Click the Receiver Chain button of the receiver set dialog to open the Receiver Chain dialog. This dialog shows a block diagram of the receiver circuit assumed by EM.Terrano. The antenna is connected to a low-noise amplifier (LNA) via a transmission line segment. The output of the LNA is terminated in a matched 50Ω load. Simlilar to the transmitter case, enter 73Ω and 42.5Ω for the real and imaginary parts of the antenna's input impedance, i.e. in the boxes labeled Input Resistance and Input Reactance, respectively. Also, note that the directivity of the antenna is automatically set to 2.15dB, which is the typical directivity of a half-wave dipole radiator. Keep all the other default values and for now assume that the receiver antenna is connected to the LNA with a transmission line segment of negligible length.

EM.Terrano's receiver chain dialog.

Run a quick SBR analysis at the current location of the transmitter to establish a baseline for a vertically polarized dipole transmitter with a grid of vertically polarized dipole receivers. Visualize the coverage map of your propagation scene.

The received power coverage map of the Ann Arbor scene with a 5-element dipole array transmitter and a grid of vertically polarized dipole receivers.

Computing the Signal-to-Noise Ratio (SNR)

In the first part of this tutorial lesson, it was assumed that EM.Terrano's standard half-wave dipole was directly connected to a 50Ω load. In this part, you will assume a real transmission line segment and a non-unity gain for the LNA. Open the property dialog of the receiver set and then open the receiver chain dialog. For the receiver, you need to define a system bandwidth in Hz. Keep the default receiver bandwidth of 100MHz. Also keep all the default temperatures of 300°K. Set the rest of the parameters according to the table below:

Rx Chain Parameter Original Value New Value
Low-Noise Amplifier Gain 0dB 10dB
Low-Noise Amplifier Noise Figure 0dB 3dB
Transmission Line Attenuation Factor 0dB/m 0.1dB/m
Transmission Line Length 0 0.5m
Antenna Input Resistance 50Ω 73Ω
Antenna Input Reactance 42.5Ω

From the Receiver Chain dialog, you can see that the Noise Power is calculated to be -81.13dBm. Close the receiver chain dialog to return to the receiver set's property dialog.

Setting the receiver chain parameters including the LNA noise figure.

EM.Terrano can also compute the connectivity map of your propagation scene. For this purpose, you need to define a "Minimum SNR" parameter for the receiver, which is the minimum required signal-to-noise ratio value to close the link and establish a connection between the transmitter and receiver. The Minimum SNR parameter is set through the receiver chain dialog and it has a default value of 10dB. For this tutorial lesson, you will keep the default value.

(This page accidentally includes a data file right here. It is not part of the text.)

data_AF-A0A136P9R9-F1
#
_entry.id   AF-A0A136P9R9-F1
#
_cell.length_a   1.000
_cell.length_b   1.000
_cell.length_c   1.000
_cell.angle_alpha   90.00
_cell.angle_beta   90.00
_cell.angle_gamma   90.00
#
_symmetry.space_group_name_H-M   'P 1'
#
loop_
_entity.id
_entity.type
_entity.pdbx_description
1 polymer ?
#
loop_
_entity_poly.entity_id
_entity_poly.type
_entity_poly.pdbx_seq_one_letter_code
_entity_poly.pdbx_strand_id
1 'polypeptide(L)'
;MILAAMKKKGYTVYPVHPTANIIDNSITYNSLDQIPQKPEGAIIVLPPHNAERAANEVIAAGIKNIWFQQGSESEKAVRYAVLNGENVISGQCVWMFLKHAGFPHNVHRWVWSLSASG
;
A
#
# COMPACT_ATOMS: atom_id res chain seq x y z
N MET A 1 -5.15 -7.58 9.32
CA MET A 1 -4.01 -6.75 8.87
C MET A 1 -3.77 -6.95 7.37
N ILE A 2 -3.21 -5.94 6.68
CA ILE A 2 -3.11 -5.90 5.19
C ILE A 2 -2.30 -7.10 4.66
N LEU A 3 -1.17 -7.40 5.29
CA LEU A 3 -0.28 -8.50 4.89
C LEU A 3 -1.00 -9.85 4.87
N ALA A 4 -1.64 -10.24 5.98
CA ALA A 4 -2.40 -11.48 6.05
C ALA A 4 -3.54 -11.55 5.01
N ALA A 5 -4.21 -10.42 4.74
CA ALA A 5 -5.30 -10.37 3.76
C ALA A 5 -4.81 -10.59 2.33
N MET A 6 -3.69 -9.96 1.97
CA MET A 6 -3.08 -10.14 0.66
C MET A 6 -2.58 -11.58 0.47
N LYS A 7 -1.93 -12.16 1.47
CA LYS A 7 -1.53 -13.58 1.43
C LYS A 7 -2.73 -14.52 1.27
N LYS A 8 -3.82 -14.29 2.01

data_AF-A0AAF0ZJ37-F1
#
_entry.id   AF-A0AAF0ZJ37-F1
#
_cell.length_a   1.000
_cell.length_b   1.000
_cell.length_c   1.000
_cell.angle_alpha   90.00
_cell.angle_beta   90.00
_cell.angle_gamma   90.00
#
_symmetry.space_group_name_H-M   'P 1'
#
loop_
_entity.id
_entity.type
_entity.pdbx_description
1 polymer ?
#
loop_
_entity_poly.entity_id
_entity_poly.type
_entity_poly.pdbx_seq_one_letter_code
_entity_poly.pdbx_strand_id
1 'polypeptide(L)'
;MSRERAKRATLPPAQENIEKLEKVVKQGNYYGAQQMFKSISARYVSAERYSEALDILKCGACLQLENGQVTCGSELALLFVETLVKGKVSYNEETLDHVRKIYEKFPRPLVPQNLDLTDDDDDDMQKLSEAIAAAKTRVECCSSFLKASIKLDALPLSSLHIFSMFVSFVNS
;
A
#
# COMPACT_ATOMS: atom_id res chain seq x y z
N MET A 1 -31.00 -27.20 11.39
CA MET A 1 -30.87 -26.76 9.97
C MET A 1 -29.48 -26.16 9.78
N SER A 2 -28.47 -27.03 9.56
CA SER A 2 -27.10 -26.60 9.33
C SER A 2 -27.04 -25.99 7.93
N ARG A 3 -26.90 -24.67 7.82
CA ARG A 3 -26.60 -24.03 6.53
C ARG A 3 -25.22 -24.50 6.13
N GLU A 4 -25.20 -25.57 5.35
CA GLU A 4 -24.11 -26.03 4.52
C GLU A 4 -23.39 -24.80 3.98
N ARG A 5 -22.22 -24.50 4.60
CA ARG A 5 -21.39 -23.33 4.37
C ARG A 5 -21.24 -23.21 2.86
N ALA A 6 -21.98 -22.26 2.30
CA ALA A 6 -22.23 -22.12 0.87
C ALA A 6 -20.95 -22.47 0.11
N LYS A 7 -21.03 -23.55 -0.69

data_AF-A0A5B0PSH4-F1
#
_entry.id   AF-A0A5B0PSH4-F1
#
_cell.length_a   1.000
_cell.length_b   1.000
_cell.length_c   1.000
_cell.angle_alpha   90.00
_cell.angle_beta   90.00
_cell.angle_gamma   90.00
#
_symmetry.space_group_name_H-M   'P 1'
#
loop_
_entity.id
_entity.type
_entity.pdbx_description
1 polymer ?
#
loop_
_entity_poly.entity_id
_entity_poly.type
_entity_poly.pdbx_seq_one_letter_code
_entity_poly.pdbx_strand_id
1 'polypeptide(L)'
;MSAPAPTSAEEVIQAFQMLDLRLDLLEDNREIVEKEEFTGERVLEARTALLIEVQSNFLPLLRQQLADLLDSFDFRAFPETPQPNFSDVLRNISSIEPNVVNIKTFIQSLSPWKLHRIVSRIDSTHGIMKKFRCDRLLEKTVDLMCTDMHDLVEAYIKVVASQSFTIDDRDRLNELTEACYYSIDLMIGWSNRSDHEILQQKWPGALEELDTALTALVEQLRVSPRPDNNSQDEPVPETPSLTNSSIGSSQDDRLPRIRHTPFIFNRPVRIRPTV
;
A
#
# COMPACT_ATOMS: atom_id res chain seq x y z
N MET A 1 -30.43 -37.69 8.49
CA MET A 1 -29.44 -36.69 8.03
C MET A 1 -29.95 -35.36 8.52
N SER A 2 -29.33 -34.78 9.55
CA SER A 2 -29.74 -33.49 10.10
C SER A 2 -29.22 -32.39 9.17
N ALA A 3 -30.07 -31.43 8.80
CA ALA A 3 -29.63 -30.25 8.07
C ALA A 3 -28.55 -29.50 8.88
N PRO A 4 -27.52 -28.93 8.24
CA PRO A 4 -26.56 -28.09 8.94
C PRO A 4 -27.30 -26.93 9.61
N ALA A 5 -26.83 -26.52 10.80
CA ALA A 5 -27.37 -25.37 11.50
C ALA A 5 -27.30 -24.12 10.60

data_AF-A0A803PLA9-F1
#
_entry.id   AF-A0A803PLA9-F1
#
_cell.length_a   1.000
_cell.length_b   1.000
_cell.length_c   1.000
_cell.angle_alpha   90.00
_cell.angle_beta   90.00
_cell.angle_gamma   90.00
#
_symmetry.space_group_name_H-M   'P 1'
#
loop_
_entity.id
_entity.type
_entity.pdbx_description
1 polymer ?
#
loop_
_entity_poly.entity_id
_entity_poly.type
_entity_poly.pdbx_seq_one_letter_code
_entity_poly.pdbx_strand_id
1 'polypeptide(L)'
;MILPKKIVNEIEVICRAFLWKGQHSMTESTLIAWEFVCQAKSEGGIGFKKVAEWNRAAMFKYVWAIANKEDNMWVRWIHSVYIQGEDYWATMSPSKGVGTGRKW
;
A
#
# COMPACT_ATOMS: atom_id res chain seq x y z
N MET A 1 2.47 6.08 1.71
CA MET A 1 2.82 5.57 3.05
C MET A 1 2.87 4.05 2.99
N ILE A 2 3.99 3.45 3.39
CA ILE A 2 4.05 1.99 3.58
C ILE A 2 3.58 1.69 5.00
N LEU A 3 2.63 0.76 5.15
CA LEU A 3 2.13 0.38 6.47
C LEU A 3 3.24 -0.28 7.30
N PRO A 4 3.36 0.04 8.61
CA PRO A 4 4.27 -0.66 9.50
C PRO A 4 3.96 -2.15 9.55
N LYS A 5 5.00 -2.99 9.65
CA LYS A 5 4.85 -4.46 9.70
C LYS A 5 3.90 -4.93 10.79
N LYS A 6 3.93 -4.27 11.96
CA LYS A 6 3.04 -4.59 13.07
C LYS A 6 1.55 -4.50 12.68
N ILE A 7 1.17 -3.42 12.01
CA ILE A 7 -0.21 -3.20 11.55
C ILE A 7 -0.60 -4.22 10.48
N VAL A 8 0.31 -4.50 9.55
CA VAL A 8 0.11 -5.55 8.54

Run an SBR analysis of your modified Ann Arbor propagation scene and visualize the received power coverage map as well as the connectivity map that has been added to the observables section of the navigation tree.

The received power coverage map of the Ann Arbor scene with a directional array transmitter and dipole receivers.
The connectivity map of the Ann Arbor scene with SNRmin = 10dB and the rainbow color map option.

At the end of the SBR simulation, the value of SNR is computed for all the receivers. The receiver set dialog shows the values of both receiver power (in dBm) and SNR (in dB). For example, the figure below shows that the receiver power by receiver No. 1502 located at (0, -145m, 1.5m) is 28.29dBm and the SNR is 52.84dB. This receiver is located 145m south of the transmitter location.

Viewing the value of the SNR for each receiver in the receiver set dialog.

The connectivity map is a binary color map. All the receivers whose computed SNR value is above this minimum are considered "Connected" and are shown in red (or white). The unconnected or disconnected receivers are shown in purple (or black). To plot the connectivity map in black and white colors, right-click on its name in the navigation tree and select Properties… from the contextual menu. In the output plot settings dialog, change the color map option from the default Rainbow to Basic.

Changing the color map option from the default Rainbow to Basic in Output Plot Settings dialog.
The connectivity map of the Ann Arbor scene with SNRmin = 10dB and the basic color map option.